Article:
Pol;ar bear cubs approach the polar rover within a few feet. Jeff Klofft photo.
The family of bears walked the whole line of rovers prompting us to ask our driver and guide just how much they had paid the bears for the encounter! After a few minutes of curious sniffing the bears moved on providing us with incredible photo opportunities!
Polar bear cubs sniffing out the danger. Jeff Klofft photo.
Polar bear family moving to safety away from a male bear. Jeff Klofft photo.
Last November Churchill had a polar bear attack within the town limits. 30-year old Churchill resident Erin Greene was attacked by a bear in the early morning hours following a Halloween party.
Former tour guide Bill Ayotte was awoken by Ms. Greene’s screams and he quickly rushed to action and saved her life. Mr. Ayotte grabbed a snow shovel and ran to the road where he began clubbing the polar bear over the head causing the bear to release Ms. Greene from his grasp. The bear turned on Mr. Ayotte and was on top of him in a flash.
By this point of the attacks the entire neighborhood was awake and observing the incident from their doorways or windows. Another neighbor, 18-year-old Didier Foubert-Allen did more than just watch and his actions most surely saved Mr. Ayotte’s life. Mr. Foubert-Allen ran inside his residence and grabbed his shotgun and fired off 18 rounds of shells, two of which struck the bear, though proved to provide little relief from the attack. Most of the rounds were fired over the head of the aggressive bear but the bear continued to maul Mr. Ayotte. ‘I saw this bear just pounding on Bill, knocking him around like nothing, so I ran back inside, grabbed my shotgun and a box of shells and started shooting above the bear trying to scare it off,’ Faubert-Allen said.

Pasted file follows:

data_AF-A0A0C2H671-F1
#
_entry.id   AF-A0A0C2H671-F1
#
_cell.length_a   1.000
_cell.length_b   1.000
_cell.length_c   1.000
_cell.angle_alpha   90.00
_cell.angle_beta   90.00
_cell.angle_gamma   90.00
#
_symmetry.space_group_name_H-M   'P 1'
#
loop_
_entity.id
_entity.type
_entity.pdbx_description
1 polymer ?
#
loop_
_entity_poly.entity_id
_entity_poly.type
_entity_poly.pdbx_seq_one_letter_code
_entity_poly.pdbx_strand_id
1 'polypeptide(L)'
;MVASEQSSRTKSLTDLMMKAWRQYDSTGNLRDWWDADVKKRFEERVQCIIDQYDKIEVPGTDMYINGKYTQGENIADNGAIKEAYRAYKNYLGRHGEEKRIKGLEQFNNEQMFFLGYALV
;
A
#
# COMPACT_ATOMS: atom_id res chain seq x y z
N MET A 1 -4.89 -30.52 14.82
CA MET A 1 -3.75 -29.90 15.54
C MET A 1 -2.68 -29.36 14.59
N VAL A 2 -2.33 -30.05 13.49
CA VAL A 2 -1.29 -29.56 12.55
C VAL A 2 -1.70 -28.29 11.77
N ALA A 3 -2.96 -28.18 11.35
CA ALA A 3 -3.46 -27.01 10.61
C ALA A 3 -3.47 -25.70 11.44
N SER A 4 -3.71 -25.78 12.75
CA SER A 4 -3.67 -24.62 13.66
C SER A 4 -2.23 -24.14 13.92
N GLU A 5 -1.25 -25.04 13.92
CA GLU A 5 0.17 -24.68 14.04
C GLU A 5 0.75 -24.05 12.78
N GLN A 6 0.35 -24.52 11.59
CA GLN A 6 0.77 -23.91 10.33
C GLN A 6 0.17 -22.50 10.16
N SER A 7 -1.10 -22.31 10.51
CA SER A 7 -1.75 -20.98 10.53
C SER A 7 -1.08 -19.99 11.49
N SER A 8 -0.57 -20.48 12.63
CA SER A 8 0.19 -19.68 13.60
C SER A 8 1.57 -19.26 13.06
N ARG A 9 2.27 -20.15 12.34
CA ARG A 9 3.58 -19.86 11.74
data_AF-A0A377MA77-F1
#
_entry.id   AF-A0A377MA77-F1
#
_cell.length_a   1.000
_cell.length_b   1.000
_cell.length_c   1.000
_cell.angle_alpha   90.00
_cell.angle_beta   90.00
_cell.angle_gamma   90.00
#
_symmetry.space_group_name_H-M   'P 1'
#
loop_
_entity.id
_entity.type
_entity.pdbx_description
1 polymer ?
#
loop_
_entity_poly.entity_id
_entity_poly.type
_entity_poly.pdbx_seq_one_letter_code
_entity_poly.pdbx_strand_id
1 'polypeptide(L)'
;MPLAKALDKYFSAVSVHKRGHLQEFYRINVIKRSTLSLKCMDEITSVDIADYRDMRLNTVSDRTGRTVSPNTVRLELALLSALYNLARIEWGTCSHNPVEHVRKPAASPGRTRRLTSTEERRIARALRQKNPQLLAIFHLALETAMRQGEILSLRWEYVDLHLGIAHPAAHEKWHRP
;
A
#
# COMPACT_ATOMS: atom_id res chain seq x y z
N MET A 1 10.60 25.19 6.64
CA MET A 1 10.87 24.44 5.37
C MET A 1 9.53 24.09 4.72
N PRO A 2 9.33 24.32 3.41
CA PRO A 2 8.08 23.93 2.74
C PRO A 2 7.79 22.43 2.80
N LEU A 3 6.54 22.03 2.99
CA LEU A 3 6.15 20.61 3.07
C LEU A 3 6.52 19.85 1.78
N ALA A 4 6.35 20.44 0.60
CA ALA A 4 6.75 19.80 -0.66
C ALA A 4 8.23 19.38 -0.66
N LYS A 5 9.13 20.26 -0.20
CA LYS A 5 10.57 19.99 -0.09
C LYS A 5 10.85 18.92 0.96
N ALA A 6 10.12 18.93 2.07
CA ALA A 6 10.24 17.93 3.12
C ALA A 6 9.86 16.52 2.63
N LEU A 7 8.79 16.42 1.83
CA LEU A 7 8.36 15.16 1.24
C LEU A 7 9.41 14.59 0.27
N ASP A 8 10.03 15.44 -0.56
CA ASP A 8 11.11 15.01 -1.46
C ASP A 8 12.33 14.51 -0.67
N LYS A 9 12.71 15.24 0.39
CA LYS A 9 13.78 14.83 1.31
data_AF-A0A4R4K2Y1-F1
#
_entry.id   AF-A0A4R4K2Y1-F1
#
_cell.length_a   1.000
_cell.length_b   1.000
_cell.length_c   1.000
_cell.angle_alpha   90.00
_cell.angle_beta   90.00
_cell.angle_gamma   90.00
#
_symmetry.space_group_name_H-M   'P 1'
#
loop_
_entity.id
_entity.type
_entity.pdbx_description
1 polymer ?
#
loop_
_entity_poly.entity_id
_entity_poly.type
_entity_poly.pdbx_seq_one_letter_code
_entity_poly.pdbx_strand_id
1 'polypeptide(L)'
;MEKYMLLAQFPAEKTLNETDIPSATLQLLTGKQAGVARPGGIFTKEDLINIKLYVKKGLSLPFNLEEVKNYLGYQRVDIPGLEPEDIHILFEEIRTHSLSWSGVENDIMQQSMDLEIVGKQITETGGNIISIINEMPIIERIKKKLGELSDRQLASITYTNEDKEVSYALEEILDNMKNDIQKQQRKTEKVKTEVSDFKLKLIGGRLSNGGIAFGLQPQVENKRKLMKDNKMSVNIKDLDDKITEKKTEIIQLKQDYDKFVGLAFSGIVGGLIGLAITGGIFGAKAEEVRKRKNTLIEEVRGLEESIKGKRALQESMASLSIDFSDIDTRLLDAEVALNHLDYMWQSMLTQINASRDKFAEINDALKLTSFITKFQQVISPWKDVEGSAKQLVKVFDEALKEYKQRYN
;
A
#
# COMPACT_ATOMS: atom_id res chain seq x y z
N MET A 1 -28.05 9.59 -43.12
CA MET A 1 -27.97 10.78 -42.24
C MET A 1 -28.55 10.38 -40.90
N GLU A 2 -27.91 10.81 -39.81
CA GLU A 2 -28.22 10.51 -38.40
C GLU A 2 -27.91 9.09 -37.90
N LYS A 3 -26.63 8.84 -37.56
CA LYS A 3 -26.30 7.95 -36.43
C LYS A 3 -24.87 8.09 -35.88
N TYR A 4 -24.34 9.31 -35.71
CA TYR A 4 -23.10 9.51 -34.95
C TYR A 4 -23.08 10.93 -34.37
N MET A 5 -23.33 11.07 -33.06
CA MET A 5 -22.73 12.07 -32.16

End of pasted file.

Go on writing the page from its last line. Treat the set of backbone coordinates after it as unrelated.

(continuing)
Didier Faubert-Allen’s shotgun and exhausted shells from his attempt to scare off the polar bear attacking Mr. Ayotte. Photo courtesy CTV.
With no results from the shooting barrage, Faubert-Allen, barely clothed, jumped in his truck and drove the short distance to the scene. Honking the horn and flashing the headlights finally caused the polar bear to stop and scurry off down the desolate street. ‘I was five feet away from this bear, honking the horn, turning on the high beams and it suddenly stopped and ran up the road. It was almost an instinct. I knew that if the bear attacked the truck, it would get off of Bill,’ Faubert-Allen said.
The view from Didiier Faubert-Allen’s front deck on Selkirk St. where the polar bear encounter occurred. Courtesy CTV,
A little later on the bear was put down by Manitoba Conservation officers a short distance from the initial encounter area.
Quick action from residents in this incident saved the lives of two individuals. Both Ms. Greene and Mr. Ayotte were treated in Churchill and then airlifted to Winnipeg and were treated at the Health Sciences Centre. Mr. Ayotte incurred serious injuries and Ms. Greene lacerations to the head and arm.
The attack was just one of a few over the past 50 years in Churchill. Luckily nobody was killed in the incident though it serves as a reminder that the region lies in a wild area in which the polar bears roam. With the increased numbers of travelers coming into town yearly, the risk of more dangerous interactions continues to be prevalent.